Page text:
L.A, Long Beach ports to take trucks by appointment

By Charlie Morasch, Land Line contributing writer | 8/28/2015

Beginning next year an expanded number of terminals at the Twin Ports of Los Angeles and Long Beach will implement a system aimed at cutting traffic congestion.

By January 2016, a total of 10 terminals at the Twin Ports will use a truck appointment system for drayage loads.

“The increasing number of containers unloaded by larger new ships has put the traditional random-access system – where any truck can arrive at any time to pick up any container – under strain,” said John Cushing, president of Pierpass, according to a news release. “Appointment systems are part of the growing set of tools terminals are embracing to fight congestion and reduce turn times, alongside innovations including free flow and the OffPeak program of night and Saturday truck gates.”

The 10 terminals agreed to share common rules for the appointment system.

Appointments will be mandatory at all participating terminals.

“At times, appointments have been treated as optional, which has reduced the intended benefit of smoothing out truck traffic flow,” PierPass stated.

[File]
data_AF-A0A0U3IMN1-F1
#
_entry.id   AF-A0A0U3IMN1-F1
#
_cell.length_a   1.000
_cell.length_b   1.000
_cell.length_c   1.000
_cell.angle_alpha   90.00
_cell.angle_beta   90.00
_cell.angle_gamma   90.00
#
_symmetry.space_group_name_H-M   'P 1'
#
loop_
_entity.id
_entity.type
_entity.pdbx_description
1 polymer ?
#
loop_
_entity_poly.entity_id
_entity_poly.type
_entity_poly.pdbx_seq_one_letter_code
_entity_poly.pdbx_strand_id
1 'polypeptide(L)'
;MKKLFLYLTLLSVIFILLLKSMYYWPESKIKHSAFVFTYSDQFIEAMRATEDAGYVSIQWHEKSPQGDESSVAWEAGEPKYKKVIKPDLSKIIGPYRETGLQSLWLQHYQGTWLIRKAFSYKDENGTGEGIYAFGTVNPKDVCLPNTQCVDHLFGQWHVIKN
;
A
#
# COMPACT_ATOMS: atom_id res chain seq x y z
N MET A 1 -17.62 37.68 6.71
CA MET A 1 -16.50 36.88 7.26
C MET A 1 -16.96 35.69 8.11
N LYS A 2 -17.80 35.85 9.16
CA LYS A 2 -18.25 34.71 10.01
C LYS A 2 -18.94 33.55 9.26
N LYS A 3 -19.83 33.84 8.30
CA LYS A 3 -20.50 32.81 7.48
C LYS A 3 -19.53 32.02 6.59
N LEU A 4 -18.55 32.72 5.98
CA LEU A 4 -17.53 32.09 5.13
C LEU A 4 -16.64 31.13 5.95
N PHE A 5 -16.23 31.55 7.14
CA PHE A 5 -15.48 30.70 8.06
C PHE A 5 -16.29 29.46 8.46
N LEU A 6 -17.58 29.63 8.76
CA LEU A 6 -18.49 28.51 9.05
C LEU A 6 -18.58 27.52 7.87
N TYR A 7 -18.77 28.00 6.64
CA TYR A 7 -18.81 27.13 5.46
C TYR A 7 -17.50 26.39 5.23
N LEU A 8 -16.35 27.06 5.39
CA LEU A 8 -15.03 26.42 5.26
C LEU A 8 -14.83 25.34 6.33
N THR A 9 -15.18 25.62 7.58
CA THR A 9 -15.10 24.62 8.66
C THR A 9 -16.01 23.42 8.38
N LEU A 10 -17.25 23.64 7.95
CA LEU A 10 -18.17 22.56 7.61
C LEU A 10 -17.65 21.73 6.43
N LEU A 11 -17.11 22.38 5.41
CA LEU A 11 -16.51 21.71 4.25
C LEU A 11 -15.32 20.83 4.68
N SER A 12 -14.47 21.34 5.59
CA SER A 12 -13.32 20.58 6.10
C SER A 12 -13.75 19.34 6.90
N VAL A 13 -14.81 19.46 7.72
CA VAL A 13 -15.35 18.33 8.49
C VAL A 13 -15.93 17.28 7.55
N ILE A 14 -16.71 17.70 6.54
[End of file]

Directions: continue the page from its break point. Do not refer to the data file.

The appointment systems will apply to import containers at all terminals. Export dray appointments are being evaluated as a potential future requirement.

All individual terminal appointment systems will be accessible by links from PierPass’ websites.

According to the PierPass news release, West Basin Container Terminal began an updated appointment system for trucks in 2014. “We have seen a marked decline in queuing at our gates and better turn times for our truckers,” Mark Wheeler, vice president and general manager of WBCT in Los Angeles, said according to the release.

Besides WBCT, other terminals with truck appointment systems include APM Terminals, Eagle Marine Services, Seaside Transportation Services, and Total Terminals International.

Beginning in January 2016, truck appointments will begin at Trapac, Long Beach Container Terminal, SSA Terminals in Long Beach, International Transportation Service, and Pacific Maritime Services.

The Port of Los Angeles referred questions about the program to PierPass.

PierPass wants the appointment systems to allow terminals to group specific stacks of containers, thereby cutting the amount of time trucks wait for yard equipment to move containers between stacks. The measure will add a level of predictability for truck drivers and others in the supply chain, they say.

“Coordinating pick-ups and deliveries with the trucking companies will increase productivity for the truckers and for our terminal operations,” said Sean Lindsay, chief operating officer of the international Transportation Service in Long Beach, according to the news release. “Therefore, we will be implementing an appointment system in 2016 to achieve this.”

PierPass is a not-for-profit company created by marine terminal operators at the Ports of Los Angeles and Long Beach to address multi-terminal issues like congestion, air quality and security.

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